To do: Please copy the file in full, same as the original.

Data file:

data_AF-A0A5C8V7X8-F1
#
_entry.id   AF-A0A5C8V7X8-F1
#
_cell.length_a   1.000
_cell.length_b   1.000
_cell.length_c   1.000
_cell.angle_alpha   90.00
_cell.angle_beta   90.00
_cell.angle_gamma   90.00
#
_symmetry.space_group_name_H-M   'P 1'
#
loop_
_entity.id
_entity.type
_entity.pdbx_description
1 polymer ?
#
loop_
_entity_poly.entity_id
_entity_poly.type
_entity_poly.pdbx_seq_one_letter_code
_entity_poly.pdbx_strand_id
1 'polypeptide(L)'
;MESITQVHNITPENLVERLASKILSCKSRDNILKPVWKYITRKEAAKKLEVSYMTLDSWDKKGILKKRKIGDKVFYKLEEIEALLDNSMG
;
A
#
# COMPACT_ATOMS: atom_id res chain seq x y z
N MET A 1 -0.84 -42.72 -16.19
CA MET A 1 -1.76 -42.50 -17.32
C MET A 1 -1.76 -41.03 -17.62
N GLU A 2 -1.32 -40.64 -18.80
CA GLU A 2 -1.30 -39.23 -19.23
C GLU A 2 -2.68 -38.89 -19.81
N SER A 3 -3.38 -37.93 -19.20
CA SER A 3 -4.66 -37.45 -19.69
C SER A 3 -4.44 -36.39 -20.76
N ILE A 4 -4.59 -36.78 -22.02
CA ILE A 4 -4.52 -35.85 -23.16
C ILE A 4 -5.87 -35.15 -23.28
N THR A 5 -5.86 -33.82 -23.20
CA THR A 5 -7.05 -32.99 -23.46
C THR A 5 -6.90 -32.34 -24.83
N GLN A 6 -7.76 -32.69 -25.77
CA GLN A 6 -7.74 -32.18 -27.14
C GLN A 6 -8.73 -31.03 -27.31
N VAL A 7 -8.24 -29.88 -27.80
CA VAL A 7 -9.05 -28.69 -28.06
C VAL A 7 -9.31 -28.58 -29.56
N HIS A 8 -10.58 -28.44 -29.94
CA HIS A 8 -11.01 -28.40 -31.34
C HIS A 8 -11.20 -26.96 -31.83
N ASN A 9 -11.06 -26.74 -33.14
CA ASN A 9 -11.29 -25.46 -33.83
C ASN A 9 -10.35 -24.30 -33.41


data_AF-A0A5C8V7X8-F1
#
_entry.id   AF-A0A5C8V7X8-F1
#
_cell.length_a   1.000
_cell.length_b   1.000
_cell.length_c   1.000
_cell.angle_alpha   90.00
_cell.angle_beta   90.00
_cell.angle_gamma   90.00
#
_symmetry.space_group_name_H-M   'P 1'
#
loop_
_entity.id
_entity.type
_entity.pdbx_description
1 polymer ?
#
loop_
_entity_poly.entity_id
_entity_poly.type
_entity_poly.pdbx_seq_one_letter_code
_entity_poly.pdbx_strand_id
1 'polypeptide(L)'
;MESITQVHNITPENLVERLASKILSCKSRDNILKPVWKYITRKEAAKKLEVSYMTLDSWDKKGILKKRKIGDKVFYKLEEIEALLDNSMG
;
A
#
# COMPACT_ATOMS: atom_id res chain seq x y z
N MET A 1 -0.84 -42.72 -16.19
CA MET A 1 -1.76 -42.50 -17.32
C MET A 1 -1.76 -41.03 -17.62
N GLU A 2 -1.32 -40.64 -18.80
CA GLU A 2 -1.30 -39.23 -19.23
C GLU A 2 -2.68 -38.89 -19.81
N SER A 3 -3.38 -37.93 -19.20
CA SER A 3 -4.66 -37.45 -19.69
C SER A 3 -4.44 -36.39 -20.76
N ILE A 4 -4.59 -36.78 -22.02
CA ILE A 4 -4.52 -35.85 -23.16
C ILE A 4 -5.87 -35.15 -23.28
N THR A 5 -5.86 -33.82 -23.20
CA THR A 5 -7.05 -32.99 -23.46
C THR A 5 -6.90 -32.34 -24.83
N GLN A 6 -7.76 -32.69 -25.77
CA GLN A 6 -7.74 -32.18 -27.14
C GLN A 6 -8.73 -31.03 -27.31
N VAL A 7 -8.24 -29.88 -27.80
CA VAL A 7 -9.05 -28.69 -28.06
C VAL A 7 -9.31 -28.58 -29.56
N HIS A 8 -10.58 -28.44 -29.94
CA HIS A 8 -11.01 -28.40 -31.34
C HIS A 8 -11.20 -26.96 -31.83
N ASN A 9 -11.06 -26.74 -33.14
CA ASN A 9 -11.29 -25.46 -33.83
C ASN A 9 -10.35 -24.30 -33.41